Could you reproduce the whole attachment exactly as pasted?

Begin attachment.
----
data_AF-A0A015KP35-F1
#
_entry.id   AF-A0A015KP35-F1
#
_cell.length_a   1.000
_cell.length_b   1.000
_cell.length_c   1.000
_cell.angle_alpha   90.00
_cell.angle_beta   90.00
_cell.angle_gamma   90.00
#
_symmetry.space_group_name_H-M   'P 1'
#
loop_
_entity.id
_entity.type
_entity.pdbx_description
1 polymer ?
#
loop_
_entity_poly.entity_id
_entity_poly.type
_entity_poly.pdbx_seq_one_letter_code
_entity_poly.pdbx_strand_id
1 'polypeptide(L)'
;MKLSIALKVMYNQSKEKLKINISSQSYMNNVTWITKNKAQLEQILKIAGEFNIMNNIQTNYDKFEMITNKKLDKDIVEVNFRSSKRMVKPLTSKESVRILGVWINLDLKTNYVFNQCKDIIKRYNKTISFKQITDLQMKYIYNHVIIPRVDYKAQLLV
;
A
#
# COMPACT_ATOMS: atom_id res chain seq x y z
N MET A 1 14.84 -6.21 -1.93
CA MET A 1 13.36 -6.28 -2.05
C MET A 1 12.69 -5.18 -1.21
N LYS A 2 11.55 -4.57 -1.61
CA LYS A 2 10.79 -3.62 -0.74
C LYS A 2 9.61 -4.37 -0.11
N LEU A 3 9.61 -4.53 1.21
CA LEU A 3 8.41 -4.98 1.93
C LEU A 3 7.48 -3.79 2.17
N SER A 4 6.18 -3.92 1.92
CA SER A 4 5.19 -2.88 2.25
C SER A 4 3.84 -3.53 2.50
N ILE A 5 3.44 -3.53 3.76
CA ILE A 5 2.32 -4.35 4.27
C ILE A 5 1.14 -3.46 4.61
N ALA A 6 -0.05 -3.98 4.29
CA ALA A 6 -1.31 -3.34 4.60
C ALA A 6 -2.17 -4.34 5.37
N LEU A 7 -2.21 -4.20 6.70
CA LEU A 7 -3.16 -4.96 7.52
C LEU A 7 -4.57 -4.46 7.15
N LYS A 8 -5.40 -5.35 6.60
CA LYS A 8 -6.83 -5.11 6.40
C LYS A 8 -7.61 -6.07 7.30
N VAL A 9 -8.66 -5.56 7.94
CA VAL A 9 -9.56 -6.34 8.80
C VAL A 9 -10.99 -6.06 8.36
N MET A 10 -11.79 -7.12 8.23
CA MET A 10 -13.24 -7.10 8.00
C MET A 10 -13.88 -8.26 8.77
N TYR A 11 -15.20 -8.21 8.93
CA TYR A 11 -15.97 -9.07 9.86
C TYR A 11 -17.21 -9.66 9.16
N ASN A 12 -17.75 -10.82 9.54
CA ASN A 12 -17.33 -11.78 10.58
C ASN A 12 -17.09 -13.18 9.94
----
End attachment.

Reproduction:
data_AF-A0A015KP35-F1
#
_entry.id   AF-A0A015KP35-F1
#
_cell.length_a   1.000
_cell.length_b   1.000
_cell.length_c   1.000
_cell.angle_alpha   90.00
_cell.angle_beta   90.00
_cell.angle_gamma   90.00
#
_symmetry.space_group_name_H-M   'P 1'
#
loop_
_entity.id
_entity.type
_entity.pdbx_description
1 polymer ?
#
loop_
_entity_poly.entity_id
_entity_poly.type
_entity_poly.pdbx_seq_one_letter_code
_entity_poly.pdbx_strand_id
1 'polypeptide(L)'
;MKLSIALKVMYNQSKEKLKINISSQSYMNNVTWITKNKAQLEQILKIAGEFNIMNNIQTNYDKFEMITNKKLDKDIVEVNFRSSKRMVKPLTSKESVRILGVWINLDLKTNYVFNQCKDIIKRYNKTISFKQITDLQMKYIYNHVIIPRVDYKAQLLV
;
A
#
# COMPACT_ATOMS: atom_id res chain seq x y z
N MET A 1 14.84 -6.21 -1.93
CA MET A 1 13.36 -6.28 -2.05
C MET A 1 12.69 -5.18 -1.21
N LYS A 2 11.55 -4.57 -1.61
CA LYS A 2 10.79 -3.62 -0.74
C LYS A 2 9.61 -4.37 -0.11
N LEU A 3 9.61 -4.53 1.21
CA LEU A 3 8.41 -4.98 1.93
C LEU A 3 7.48 -3.79 2.17
N SER A 4 6.18 -3.92 1.92
CA SER A 4 5.19 -2.88 2.25
C SER A 4 3.84 -3.53 2.50
N ILE A 5 3.44 -3.53 3.76
CA ILE A 5 2.32 -4.35 4.27
C ILE A 5 1.14 -3.46 4.61
N ALA A 6 -0.05 -3.98 4.29
CA ALA A 6 -1.31 -3.34 4.60
C ALA A 6 -2.17 -4.34 5.37
N LEU A 7 -2.21 -4.20 6.70
CA LEU A 7 -3.16 -4.96 7.52
C LEU A 7 -4.57 -4.46 7.15
N LYS A 8 -5.40 -5.35 6.60
CA LYS A 8 -6.83 -5.11 6.40
C LYS A 8 -7.61 -6.07 7.30
N VAL A 9 -8.66 -5.56 7.94
CA VAL A 9 -9.56 -6.34 8.80
C VAL A 9 -10.99 -6.06 8.36
N MET A 10 -11.79 -7.12 8.23
CA MET A 10 -13.24 -7.10 8.00
C MET A 10 -13.88 -8.26 8.77
N TYR A 11 -15.20 -8.21 8.93
CA TYR A 11 -15.97 -9.07 9.86
C TYR A 11 -17.21 -9.66 9.16
N ASN A 12 -17.75 -10.82 9.54
CA ASN A 12 -17.33 -11.78 10.58
C ASN A 12 -17.09 -13.18 9.94